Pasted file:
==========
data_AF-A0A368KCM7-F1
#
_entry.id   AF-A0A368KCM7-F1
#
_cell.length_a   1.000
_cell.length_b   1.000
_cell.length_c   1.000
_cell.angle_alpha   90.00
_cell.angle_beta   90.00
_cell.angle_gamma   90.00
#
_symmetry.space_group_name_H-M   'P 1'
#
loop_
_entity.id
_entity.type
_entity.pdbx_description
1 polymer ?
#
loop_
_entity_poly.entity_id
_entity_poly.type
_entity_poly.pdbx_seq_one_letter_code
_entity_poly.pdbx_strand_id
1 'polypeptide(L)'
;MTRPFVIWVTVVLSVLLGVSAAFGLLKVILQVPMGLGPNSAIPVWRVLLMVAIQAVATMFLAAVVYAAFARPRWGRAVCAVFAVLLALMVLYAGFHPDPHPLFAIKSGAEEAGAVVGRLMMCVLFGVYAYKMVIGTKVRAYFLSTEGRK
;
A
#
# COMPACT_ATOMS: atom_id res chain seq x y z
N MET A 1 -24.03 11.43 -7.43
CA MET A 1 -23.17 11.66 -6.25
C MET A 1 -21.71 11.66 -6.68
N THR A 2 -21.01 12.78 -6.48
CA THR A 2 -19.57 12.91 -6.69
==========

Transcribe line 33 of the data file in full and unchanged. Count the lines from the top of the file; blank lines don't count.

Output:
C MET A 1 -21.71 11.66 -6.68